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A movie poster shows a woman holding an automatic rifle. A man walks beside the film poster.
A man stands next to a poster of the movie ‘Article 370’ displayed at a theater in Guwahati, India. The movie is about the status of Jammu and Kashmir, a highly contested region in Northern India, and the film has been criticized for distorting history. (AP Photo/Anupam Nath)

In India, film and social media play recurring roles in politics

As the world’s largest electorate goes to the polls in India, political parties are seeking to sway voters through popular culture, like film. Although cinema has long reflected and influenced the country’s political and social cultures, right now, Bollywood (and other Indian films) are a major boon to the current right-wing government.

Led by Prime Minister Narendra Modi, the Hindu nationalist Bharatiya Janata Party (BJP) is currently gunning for a third term in office.

First established as the political wing of the RSS (Rashtriya Swayamsevak Sangh) — a paramilitary, volunteer organization — the BJP is one of two main political parties in India. The BJP believes that India, which is 80 per cent Hindu, is fundamentally a Hindu nation. Their platform has partly succeeded because of its widely appealing characterization of India as a post-colonial powerhouse. The opposition, The Indian National Congress, is a secular party. Last month, while campaigning, Prime Minister Modi delivered a speech that was widely criticized as Islamophobic.

On today’s Don’t Call Me Resilient podcast, political scientist Sikata Banerjee of the University of Victoria and cinema studies scholar Rakesh Sengupta of the University of Toronto, explain how cinema and social media operate to produce ideas that include “a vicious vocabulary of hate against minorities and dissenters” in India. All of which may be helping to sway voters.

“In Modi’s India, when people are asking these questions, why am I poor? Why am I feeling so worthless? The answer is always the Muslims,” says Banerjee. “The Muslims have taken away your wealth. They’re taking all the jobs…You see very clearly how Modi is getting people on board with this idea of the Hindu imagined community.”

It is partly this message of Islamophobia, mixed with a modern Hindu pride, that has infiltrated Bollywood, the largest film industry in the world churning out approximately 1,500-2,000 stories a year. These films have helped to circulate ideas of a newly imagined and highly appealing, strong and victorious India. That storytelling is in part bolstered by streaming platforms and social media like YouTube and WhatsApp, which have an even bigger reach than Bollywood films.

Some films, like last year’s breakout ‘Tollywood’ movie RRR, honoured at last year’s Oscars, retell history from the perspective of the current “victors.” Another recent example of a film accused of distorting history is Swatantra Veer Savarkar based on the life of Vinayak Damodar Savarkar, who developed the Hindu nationalist political ideology of Hindutva.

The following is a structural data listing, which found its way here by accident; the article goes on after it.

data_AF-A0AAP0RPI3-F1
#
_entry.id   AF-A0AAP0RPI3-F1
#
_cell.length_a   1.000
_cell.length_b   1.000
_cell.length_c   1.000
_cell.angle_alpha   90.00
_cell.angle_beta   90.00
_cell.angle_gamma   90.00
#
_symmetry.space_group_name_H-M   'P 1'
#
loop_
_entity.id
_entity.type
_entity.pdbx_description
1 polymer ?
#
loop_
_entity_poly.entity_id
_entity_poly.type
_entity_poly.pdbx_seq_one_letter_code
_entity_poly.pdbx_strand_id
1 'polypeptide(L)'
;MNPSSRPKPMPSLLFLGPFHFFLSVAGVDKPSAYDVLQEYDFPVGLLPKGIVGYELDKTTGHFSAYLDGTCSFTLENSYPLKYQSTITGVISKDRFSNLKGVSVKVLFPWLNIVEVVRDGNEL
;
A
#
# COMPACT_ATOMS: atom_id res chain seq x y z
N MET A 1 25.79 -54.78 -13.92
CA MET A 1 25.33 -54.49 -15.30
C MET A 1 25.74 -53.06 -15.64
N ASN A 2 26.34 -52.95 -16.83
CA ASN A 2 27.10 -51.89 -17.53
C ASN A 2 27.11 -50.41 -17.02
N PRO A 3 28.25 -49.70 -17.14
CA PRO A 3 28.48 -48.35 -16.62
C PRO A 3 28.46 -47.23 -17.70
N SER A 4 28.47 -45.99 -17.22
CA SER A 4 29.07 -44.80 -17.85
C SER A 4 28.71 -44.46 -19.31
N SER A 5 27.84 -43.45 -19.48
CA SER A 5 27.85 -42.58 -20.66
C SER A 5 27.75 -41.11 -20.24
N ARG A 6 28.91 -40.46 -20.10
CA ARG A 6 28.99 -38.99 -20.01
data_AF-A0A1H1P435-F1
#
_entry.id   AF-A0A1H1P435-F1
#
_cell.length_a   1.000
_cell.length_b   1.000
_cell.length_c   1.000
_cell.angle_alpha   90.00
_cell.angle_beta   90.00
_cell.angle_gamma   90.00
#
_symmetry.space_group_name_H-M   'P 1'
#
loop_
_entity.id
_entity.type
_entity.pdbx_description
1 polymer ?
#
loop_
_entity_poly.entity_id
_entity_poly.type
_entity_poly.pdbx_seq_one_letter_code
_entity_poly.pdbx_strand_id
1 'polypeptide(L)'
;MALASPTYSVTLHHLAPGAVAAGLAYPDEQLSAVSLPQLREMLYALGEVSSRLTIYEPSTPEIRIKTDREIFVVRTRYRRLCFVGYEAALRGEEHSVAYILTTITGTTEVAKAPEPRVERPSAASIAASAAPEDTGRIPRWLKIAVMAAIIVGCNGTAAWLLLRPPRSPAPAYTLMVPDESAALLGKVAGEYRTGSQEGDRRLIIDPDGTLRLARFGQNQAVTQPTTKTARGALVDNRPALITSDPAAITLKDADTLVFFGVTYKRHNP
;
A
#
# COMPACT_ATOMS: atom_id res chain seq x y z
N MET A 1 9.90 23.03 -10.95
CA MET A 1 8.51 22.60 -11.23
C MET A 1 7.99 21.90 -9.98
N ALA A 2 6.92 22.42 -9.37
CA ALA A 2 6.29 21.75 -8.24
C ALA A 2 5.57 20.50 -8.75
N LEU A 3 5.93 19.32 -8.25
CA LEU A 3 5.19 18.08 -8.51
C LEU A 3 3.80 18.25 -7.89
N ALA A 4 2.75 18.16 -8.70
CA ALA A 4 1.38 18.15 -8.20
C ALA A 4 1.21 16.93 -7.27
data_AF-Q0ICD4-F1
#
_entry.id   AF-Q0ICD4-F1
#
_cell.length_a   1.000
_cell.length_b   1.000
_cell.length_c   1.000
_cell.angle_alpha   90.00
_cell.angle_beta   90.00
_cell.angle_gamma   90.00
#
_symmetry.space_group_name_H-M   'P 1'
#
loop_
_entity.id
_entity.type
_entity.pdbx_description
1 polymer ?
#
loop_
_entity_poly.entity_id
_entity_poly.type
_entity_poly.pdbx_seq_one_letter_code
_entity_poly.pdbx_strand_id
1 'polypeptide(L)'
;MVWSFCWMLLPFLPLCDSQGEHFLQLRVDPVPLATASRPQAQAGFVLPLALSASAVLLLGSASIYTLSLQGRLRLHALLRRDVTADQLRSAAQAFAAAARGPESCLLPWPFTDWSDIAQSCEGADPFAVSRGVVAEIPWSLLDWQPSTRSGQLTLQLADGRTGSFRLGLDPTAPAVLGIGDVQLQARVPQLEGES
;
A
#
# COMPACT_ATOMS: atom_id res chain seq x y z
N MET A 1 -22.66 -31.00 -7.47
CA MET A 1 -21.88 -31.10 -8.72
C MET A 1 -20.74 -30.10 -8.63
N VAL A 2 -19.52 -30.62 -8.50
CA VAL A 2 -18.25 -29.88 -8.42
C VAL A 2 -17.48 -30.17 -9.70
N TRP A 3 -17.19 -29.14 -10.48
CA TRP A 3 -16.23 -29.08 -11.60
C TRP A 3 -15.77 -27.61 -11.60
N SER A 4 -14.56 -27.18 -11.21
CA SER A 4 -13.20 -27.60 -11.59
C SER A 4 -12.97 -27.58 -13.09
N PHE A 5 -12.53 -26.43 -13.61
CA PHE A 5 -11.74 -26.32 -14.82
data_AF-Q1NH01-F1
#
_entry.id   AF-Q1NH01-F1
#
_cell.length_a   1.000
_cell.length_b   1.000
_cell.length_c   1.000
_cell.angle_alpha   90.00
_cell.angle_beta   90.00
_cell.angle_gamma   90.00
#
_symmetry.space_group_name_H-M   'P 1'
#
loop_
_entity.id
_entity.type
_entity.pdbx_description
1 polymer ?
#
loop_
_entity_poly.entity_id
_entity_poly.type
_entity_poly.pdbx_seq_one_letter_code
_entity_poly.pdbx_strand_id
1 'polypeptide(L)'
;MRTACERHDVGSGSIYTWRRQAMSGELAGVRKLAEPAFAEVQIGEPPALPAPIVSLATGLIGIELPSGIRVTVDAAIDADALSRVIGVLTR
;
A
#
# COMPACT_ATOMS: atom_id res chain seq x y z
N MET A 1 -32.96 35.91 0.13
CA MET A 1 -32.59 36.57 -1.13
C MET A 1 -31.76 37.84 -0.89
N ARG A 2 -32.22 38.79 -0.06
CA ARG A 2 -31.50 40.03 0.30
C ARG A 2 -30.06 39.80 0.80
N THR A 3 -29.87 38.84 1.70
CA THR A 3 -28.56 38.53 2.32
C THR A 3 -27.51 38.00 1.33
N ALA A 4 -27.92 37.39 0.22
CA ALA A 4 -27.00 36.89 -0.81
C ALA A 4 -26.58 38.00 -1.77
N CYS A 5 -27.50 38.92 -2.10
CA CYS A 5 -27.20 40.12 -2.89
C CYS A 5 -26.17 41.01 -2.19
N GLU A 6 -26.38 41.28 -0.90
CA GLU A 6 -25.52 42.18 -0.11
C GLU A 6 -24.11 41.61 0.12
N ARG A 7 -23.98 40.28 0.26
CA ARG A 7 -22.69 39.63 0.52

A muscular, shirtless, man holds his arms out in a position of strength
In ‘RRR’ a muscular hero emerges (played by Ram Charan). (RRR)

Sengupta at the University of Toronto says the relationship between cinema and state in India have always been historically intertwined. “You can always historically see a kind of reflection of the state of a particular time in the cinema of that time, he says. "Under the current regime of Hindu nationalism, we are witnessing more and more and more films being made on Hindu pride and Muslim violence.”

Polls in India opened on April 19 and undergoes seven phases until it closes on June 1, 2024. Results are announced on June 4.

Go deeper

Read more: Bollywood is playing a large supporting role in India’s elections

Read more: Modi's anti-Muslim rhetoric taps into Hindu replacement fears that trace back to colonial India

Read more: 'The Kerala Story': How an Indian film ignited violence against Muslims and challenges to interfaith marriage

Read more: India’s 'love jihad' anti-conversion laws aim to further oppress minorities, and it's working

Nargis in a sari and Raj Kapoor in a suit are shown dancing.
Raj Kapoor with Nargis in ‘Sree 420,’ one of Bollywood’s first post independence heros. (Sree 40)

Films discussed

The Oscar-winning music track from the Tollywood film, ‘RRR’

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This episode of ‘Don’t Call Me Resilient’ was co-produced by UBC student journalist, Marisa Sittheeamorn. Our team also includes: Ateqah Khaki (associate producer), Jennifer Moroz (consulting producer) and Krish Dineshkumar (sound designer).

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